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An Introduction to Eunoia

For the first Eunoia Society meeting of the year, Dr Julian Moyle delivered a talk entitled ‘Reading Christian Bök’s Eunoia: a study of language’.

The talk focused on Eunoia, a text that has been written in accordance with an extreme constraint: namely, the requirement that each chapter restricts itself to the usage of a single vowel. Dr Moyle started his talk by situating Eunoia within a tradition of constraint-based writing, including works such as Georges Perec’s ‘Life: a User’s Manual’.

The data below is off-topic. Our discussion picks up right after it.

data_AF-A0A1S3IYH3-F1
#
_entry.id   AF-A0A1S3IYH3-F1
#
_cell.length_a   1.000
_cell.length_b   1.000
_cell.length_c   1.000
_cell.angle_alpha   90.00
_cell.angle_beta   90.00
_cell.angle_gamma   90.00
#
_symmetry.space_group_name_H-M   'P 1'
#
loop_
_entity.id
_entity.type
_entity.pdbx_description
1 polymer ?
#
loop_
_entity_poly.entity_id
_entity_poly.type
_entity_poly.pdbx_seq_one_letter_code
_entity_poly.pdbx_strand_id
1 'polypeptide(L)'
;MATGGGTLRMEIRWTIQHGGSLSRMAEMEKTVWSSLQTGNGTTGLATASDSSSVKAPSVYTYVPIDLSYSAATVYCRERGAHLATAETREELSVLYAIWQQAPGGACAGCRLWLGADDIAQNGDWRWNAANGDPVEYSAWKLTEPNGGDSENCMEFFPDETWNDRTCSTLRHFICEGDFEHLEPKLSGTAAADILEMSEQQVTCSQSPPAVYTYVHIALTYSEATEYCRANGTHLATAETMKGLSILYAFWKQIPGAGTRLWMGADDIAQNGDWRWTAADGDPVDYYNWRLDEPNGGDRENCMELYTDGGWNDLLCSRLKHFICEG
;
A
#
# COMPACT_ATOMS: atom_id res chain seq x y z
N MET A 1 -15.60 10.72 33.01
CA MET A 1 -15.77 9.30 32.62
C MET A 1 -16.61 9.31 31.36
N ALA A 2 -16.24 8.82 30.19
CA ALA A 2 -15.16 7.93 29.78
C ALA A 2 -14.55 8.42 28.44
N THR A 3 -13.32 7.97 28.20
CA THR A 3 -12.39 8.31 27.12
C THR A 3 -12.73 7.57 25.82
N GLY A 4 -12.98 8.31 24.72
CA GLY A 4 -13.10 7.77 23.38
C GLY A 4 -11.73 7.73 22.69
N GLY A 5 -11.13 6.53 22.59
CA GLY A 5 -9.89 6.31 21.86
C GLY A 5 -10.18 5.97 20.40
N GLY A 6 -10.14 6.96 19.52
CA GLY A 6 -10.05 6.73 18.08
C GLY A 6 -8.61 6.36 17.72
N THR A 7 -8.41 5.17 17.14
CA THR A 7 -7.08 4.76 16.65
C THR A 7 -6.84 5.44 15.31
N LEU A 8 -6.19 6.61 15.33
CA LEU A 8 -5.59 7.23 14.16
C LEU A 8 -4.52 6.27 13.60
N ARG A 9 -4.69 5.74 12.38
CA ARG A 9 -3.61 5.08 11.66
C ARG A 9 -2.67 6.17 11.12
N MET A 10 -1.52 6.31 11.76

The talk then offered a reading of one of Eunoia’s chapters: Chapter E.  This chapter offers an unusual retelling of the Siege of Troy, in which Helen, by virtue of the constraint, becomes the central character. Dr Moyle explained that the constraint means that Helen is entirely constituted by language and he went on to show how her experiences can be read as an exploration of how language itself operates.

In the final section of the talk, the focus turned to how meaning in each chapter relies on a kind unique, concentrated grammar that is particular to the vowel that is being used. Each ‘grammar’ was shown to have a distinctive character that strongly determines the perspectives and moods that are generated in the text. Language was seen to be ‘thinking’ for itself in a way that challenges the assumption that ‘thought’ is something that originates in the mind of a writer. The audience was left to reflect on a question that Bök’s experiment might pose: to what extent are we thinking with language and to what extent is language thinking us?